Free Bird

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     The Road of Life
Today we pause, to look into our past
as well as our future. We remember when
we were young, starting our trek down the Road of Life.
The first place on this long and winding road
was the Meadow of Childhood. This is where we
met many new people and formed numerous friendships;
most of which still exist today.
However, we were unable to stay here, and so
continued on our journey through the
doors of Quabbin Regional, becoming some
of the mightiest Panthers in all the land.
Stepping through those doors also marked
our emergence into the Desert of Adolescence,
where many of us became tangled in the thorn
bushes along the way. But we made it out,
and from there we took our swim across
the River of Wisdom.
When we reached the opposite bank we
paused in the Forest of Enchantment,
which is where we stand together today.
Looking back we can no longer see the
Meadow of Childhood, for it is nothing
but a faint memory to us now.
The only thing we can see from here is
the Valley of Adulthood, and
the long-awaited climb to success.
And although most of us are sad,
somehow we know that the hardest part
of our journey has come to an end.
For we have sipped from the Water of Morals,
Climbed the Rock of love,
Swum the Sea of Knowledge,
And ascended the Mountain of Truth.
And as we continue on our journey,
and say our last good-byes,
I would like to congratulate you mighty Panthers
from Quabbin Regional High.
-Jason Holihan
Senior Class Poem, Class of 2001

     Lynrd Skynyrd once asked, “if I leave here tomorrow, would you still remember me.” There were only a few days left before high school was finally over, and I couldn’t help but wonder who would remember me when I left Quabbin.
     The last page was finally ripped off of the “Senior Class Countdown,” displaying the huge, colorful “0.” While most of my classmates sat in the hallway cleaning out their lockers, I was scurrying to room H121; Graduation Committee meeting.
     There we sat in the most uncomfortable chairs in the world putting the final touches on everything when it came time to decide whose poem would be chosen to represent our class at Baccalaureate. A vote had been taken at the previous meeting, and I waited uneasily for the results. With a unanimous vote, it was mine. My head began to spin and I thought I was going to throw up.

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MLA Citation:
"Free Bird." 20 Jun 2018
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It hit me then like a ton of bricks that I would have to stand in front of six hundred fifty people and read my poem.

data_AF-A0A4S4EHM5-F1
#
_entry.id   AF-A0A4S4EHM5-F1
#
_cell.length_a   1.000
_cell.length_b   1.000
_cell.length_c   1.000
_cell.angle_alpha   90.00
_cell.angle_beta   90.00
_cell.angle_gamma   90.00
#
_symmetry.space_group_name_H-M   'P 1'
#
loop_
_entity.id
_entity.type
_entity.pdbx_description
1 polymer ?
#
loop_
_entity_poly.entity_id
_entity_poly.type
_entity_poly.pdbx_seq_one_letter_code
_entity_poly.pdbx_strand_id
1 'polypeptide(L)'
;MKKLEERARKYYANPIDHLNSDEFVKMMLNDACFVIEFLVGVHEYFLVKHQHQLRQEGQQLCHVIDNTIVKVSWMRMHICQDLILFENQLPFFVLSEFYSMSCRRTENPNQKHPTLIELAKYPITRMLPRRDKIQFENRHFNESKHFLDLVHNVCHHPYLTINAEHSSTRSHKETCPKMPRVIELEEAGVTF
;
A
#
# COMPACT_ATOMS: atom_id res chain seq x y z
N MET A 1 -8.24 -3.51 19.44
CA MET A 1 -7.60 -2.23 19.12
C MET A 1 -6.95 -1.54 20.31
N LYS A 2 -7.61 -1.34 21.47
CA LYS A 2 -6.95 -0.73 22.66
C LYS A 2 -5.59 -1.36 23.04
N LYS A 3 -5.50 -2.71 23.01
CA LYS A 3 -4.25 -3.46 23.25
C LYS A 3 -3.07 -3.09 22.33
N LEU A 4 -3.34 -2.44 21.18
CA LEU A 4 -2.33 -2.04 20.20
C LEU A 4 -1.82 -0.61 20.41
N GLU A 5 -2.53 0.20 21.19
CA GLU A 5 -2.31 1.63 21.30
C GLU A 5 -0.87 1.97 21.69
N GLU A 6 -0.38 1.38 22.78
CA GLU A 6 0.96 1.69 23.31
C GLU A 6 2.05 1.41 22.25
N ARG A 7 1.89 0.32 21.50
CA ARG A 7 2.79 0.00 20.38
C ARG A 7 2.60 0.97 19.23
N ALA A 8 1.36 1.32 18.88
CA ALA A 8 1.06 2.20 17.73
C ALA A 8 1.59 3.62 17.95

I went home that night and revised my poem about thirty times. Finally, when I decided it was good enough, I tried practicing in my mirror; all I could imagine was what it must be like to have thirteen hundred eyes glaring at me. It was useless, I couldn’t do it, but I knew I had no choice. Every class has had a poem, and I couldn’t let my friends down.
     It was June 8, 2001, and Baccalaureate was upon us. My stomach was a knot, my head pounded with pain, and I thought I was going to vomit, perhaps at the worst time. I put on my cap and gown and got in my car.
     When I got to the school the gymnasium was standing-room-only. I never knew exactly how many six hundred and fifty was, but now I had a pretty clear picture, and a severe migraine. All seniors gathered in the cafeteria one last time. While nobody was paying attention I slipped out the door and into my car for one last cigarette to calm my nerves.
     As I was driving through the small streets of Barre, furiously inhaling my Newport, I began singing along with a familiar tune; it was Lynrd Skynrd’s “Free Bird.”
     I knew then that this was my chance. This was how my classmates would remember me. I turned the car around fiercely, not to mention illegally, and sped back to the school.
     The lights glowed brighter, the air tasted sweeter, and somehow I was calm. I took my place in line next to Elizabeth XXXX and together we marched into the gym. I will never forget the look on my mother's face when she saw me march into the room. We took our seats, and I waited.
     Finally, after all of the speeches had been read my name was screamed through the large, black speaker. I made my way to the intimidating podium and turned it to face my classmates. This was for them, not the massive audience.
     There I stood before my class, reading my poem loud and proud. I will never forget the embrace Tricia XXXX and Emily XXXXX were locked in, or the single tear that fell down Jenna XXXXX’s face.
     I knew I had touched somebody with my poem that night, and that was all I needed to know. Like Skynrd’s song, I would be leaving tomorrow, but I knew in my heart that my friends and fellow classmates would remember me forever.

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